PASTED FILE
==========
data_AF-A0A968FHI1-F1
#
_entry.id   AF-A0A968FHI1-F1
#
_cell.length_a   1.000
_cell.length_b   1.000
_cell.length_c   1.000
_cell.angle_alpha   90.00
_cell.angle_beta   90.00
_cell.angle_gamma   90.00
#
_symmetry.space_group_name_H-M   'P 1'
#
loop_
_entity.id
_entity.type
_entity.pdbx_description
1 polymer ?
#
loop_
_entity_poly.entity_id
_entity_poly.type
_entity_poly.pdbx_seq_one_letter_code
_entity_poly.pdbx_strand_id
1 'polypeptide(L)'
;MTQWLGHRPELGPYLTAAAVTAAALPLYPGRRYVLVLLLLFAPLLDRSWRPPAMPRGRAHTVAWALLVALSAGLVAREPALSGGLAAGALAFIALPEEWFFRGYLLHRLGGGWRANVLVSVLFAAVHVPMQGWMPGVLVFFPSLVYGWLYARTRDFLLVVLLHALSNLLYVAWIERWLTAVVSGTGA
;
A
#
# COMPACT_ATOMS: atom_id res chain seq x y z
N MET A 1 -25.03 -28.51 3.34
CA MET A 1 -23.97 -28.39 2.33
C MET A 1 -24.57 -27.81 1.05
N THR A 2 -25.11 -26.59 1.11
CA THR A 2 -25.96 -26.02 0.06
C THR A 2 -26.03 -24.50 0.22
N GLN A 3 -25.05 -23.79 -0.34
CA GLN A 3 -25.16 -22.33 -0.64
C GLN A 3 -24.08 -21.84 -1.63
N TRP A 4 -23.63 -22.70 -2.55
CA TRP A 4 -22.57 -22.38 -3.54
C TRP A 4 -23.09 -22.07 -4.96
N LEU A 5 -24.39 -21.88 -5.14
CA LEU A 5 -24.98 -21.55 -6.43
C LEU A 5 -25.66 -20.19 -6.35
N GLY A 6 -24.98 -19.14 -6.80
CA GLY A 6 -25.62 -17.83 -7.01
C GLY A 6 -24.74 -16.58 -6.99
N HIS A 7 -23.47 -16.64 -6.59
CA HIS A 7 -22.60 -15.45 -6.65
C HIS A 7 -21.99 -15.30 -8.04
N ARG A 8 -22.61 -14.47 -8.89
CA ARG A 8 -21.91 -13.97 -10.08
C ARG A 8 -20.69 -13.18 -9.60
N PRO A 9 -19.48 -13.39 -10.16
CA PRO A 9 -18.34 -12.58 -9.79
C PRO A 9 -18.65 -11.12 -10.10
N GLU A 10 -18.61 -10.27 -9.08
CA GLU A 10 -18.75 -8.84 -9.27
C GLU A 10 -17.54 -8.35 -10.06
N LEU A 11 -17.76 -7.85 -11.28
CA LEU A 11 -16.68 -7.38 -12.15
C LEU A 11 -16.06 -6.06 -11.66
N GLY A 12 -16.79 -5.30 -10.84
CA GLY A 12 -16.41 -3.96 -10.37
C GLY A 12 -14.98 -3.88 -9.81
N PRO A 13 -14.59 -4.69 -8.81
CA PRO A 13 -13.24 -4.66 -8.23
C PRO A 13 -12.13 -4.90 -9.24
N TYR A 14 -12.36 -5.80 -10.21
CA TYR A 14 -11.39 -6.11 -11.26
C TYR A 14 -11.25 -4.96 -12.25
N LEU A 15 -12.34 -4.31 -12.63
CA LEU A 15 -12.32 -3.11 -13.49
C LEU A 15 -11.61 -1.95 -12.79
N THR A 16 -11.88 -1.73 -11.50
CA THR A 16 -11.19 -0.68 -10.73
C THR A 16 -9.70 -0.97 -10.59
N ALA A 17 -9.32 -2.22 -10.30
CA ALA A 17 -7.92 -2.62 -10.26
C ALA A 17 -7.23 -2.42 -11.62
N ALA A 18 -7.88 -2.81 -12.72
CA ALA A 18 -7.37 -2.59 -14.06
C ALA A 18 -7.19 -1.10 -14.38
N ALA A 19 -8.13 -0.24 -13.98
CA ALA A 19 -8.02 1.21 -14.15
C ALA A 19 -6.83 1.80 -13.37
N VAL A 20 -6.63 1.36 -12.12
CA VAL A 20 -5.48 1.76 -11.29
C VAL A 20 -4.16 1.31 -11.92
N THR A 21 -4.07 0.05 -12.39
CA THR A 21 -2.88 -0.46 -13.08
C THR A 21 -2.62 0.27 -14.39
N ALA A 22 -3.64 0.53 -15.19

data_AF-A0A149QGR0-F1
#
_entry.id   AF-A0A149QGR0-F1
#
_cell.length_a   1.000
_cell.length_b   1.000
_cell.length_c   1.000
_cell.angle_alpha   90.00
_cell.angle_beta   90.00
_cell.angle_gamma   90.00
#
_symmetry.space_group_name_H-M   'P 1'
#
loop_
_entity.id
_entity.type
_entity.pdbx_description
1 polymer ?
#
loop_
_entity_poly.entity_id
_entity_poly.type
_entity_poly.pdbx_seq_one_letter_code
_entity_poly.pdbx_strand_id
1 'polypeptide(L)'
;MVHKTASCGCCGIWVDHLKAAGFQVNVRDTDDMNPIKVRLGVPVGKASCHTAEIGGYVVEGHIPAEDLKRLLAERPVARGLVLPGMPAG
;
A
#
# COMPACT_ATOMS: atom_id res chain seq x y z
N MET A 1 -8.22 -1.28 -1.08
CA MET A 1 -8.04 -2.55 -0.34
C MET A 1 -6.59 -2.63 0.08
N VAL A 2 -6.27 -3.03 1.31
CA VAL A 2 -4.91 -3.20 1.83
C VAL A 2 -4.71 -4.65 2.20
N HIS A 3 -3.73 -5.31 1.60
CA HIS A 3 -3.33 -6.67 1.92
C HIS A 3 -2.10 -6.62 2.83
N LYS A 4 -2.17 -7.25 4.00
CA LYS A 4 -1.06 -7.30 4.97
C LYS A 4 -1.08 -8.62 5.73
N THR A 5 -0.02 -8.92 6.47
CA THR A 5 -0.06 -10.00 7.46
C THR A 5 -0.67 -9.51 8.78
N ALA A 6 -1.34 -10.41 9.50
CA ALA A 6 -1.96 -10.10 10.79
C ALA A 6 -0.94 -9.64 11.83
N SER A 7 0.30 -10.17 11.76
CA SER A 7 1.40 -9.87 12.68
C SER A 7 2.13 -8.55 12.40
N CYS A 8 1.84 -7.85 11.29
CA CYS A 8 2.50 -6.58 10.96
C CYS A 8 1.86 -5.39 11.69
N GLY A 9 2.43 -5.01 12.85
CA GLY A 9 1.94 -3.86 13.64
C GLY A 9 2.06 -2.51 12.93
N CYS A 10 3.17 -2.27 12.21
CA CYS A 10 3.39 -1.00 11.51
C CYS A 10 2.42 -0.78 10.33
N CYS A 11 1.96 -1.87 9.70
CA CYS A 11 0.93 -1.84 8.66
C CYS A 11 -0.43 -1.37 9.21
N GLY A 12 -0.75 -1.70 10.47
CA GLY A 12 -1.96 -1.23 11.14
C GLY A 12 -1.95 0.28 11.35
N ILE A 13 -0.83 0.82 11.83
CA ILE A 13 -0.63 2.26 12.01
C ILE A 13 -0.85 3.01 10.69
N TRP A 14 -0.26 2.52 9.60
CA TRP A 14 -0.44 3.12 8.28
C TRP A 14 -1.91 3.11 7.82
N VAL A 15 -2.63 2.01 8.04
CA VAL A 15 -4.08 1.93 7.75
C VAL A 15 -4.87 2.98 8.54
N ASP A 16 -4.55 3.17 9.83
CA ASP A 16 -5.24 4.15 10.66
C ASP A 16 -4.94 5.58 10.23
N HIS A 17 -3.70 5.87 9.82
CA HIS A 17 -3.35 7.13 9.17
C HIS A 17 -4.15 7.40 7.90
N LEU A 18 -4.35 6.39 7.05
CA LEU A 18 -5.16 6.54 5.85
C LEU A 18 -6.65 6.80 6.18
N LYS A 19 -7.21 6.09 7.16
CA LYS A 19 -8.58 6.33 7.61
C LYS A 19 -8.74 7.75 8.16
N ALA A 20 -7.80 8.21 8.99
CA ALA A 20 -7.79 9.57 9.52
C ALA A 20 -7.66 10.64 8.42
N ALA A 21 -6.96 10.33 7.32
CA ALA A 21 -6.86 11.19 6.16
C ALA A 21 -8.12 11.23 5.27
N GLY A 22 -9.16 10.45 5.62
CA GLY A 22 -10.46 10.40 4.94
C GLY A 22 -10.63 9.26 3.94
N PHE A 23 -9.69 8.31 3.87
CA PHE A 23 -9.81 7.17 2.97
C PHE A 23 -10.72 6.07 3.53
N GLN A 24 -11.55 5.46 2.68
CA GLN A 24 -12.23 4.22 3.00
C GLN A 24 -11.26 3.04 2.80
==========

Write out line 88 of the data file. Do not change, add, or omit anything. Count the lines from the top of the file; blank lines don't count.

N VAL A 20 -6.63 1.36 -12.12